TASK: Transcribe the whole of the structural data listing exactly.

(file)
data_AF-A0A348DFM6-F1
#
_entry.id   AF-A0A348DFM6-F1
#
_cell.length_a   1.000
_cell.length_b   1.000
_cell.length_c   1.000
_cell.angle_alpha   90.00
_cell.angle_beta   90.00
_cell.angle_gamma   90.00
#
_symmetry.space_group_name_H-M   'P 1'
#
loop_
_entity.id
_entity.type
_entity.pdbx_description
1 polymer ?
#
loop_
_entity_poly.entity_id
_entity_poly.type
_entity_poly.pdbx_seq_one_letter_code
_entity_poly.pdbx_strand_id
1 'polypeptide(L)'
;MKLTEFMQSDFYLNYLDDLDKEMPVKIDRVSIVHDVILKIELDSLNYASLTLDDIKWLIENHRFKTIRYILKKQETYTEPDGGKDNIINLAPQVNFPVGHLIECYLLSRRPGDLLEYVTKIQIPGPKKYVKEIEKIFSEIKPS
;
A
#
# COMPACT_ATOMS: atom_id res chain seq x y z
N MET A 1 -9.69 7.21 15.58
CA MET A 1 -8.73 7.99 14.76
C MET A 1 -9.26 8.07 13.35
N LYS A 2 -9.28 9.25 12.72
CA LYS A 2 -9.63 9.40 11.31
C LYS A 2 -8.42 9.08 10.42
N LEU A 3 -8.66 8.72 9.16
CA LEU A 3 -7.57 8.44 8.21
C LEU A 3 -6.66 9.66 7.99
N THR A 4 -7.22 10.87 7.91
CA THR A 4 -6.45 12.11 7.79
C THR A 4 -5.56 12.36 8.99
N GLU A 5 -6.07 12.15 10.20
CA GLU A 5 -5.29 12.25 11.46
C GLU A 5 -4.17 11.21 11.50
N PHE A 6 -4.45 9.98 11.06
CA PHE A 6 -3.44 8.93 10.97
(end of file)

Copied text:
data_AF-A0A348DFM6-F1
#
_entry.id   AF-A0A348DFM6-F1
#
_cell.length_a   1.000
_cell.length_b   1.000
_cell.length_c   1.000
_cell.angle_alpha   90.00
_cell.angle_beta   90.00
_cell.angle_gamma   90.00
#
_symmetry.space_group_name_H-M   'P 1'
#
loop_
_entity.id
_entity.type
_entity.pdbx_description
1 polymer ?
#
loop_
_entity_poly.entity_id
_entity_poly.type
_entity_poly.pdbx_seq_one_letter_code
_entity_poly.pdbx_strand_id
1 'polypeptide(L)'
;MKLTEFMQSDFYLNYLDDLDKEMPVKIDRVSIVHDVILKIELDSLNYASLTLDDIKWLIENHRFKTIRYILKKQETYTEPDGGKDNIINLAPQVNFPVGHLIECYLLSRRPGDLLEYVTKIQIPGPKKYVKEIEKIFSEIKPS
;
A
#
# COMPACT_ATOMS: atom_id res chain seq x y z
N MET A 1 -9.69 7.21 15.58
CA MET A 1 -8.73 7.99 14.76
C MET A 1 -9.26 8.07 13.35
N LYS A 2 -9.28 9.25 12.72
CA LYS A 2 -9.63 9.40 11.31
C LYS A 2 -8.42 9.08 10.42
N LEU A 3 -8.66 8.72 9.16
CA LEU A 3 -7.57 8.44 8.21
C LEU A 3 -6.66 9.66 7.99
N THR A 4 -7.22 10.87 7.91
CA THR A 4 -6.45 12.11 7.79
C THR A 4 -5.56 12.36 8.99
N GLU A 5 -6.07 12.15 10.20
CA GLU A 5 -5.29 12.25 11.46
C GLU A 5 -4.17 11.21 11.50
N PHE A 6 -4.45 9.98 11.06
CA PHE A 6 -3.44 8.93 10.97